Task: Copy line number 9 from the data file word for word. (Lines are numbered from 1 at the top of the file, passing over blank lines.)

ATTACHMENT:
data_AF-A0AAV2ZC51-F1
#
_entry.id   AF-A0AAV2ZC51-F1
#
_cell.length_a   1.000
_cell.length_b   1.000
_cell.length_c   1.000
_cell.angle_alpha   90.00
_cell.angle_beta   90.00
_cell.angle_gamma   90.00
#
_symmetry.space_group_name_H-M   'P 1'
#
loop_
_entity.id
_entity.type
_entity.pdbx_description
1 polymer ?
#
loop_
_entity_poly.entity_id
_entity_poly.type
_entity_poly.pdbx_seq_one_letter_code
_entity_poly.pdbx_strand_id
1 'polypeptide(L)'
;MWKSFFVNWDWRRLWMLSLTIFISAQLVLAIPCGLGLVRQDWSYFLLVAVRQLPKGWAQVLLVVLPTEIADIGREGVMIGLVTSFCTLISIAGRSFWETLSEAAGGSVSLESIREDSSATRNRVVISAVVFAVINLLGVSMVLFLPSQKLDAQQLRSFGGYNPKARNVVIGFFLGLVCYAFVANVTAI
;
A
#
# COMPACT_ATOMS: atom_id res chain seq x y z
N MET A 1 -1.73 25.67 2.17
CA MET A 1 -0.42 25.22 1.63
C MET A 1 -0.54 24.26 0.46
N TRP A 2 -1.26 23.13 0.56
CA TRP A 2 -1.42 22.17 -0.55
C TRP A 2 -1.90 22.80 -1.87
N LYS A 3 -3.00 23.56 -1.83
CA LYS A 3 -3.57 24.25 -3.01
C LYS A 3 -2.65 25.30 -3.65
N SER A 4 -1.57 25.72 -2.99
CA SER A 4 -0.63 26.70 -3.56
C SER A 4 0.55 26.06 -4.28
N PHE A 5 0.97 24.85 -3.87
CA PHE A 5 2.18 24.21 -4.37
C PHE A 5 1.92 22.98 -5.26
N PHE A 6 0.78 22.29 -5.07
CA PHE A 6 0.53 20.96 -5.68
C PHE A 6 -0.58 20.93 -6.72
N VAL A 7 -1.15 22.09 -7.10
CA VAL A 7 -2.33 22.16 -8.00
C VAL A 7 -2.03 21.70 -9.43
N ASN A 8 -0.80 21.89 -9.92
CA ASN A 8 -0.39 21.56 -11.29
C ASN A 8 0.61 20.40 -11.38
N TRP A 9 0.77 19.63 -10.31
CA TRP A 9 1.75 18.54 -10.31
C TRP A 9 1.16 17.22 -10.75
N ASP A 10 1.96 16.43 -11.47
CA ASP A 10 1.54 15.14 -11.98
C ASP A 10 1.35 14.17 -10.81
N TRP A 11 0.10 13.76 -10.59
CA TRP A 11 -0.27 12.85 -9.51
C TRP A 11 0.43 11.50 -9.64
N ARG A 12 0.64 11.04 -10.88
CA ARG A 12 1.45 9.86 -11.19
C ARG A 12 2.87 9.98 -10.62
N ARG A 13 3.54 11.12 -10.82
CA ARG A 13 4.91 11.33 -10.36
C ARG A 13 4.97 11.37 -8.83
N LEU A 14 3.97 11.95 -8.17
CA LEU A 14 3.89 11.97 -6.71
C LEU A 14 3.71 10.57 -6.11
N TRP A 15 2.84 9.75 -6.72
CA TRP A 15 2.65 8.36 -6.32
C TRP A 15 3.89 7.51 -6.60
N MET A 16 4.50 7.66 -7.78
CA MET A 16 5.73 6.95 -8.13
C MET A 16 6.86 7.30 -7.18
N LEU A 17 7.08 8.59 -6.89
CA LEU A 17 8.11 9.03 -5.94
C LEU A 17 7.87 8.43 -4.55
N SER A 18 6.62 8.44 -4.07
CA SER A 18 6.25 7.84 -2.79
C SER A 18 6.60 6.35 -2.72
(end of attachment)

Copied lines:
_cell.angle_beta   90.00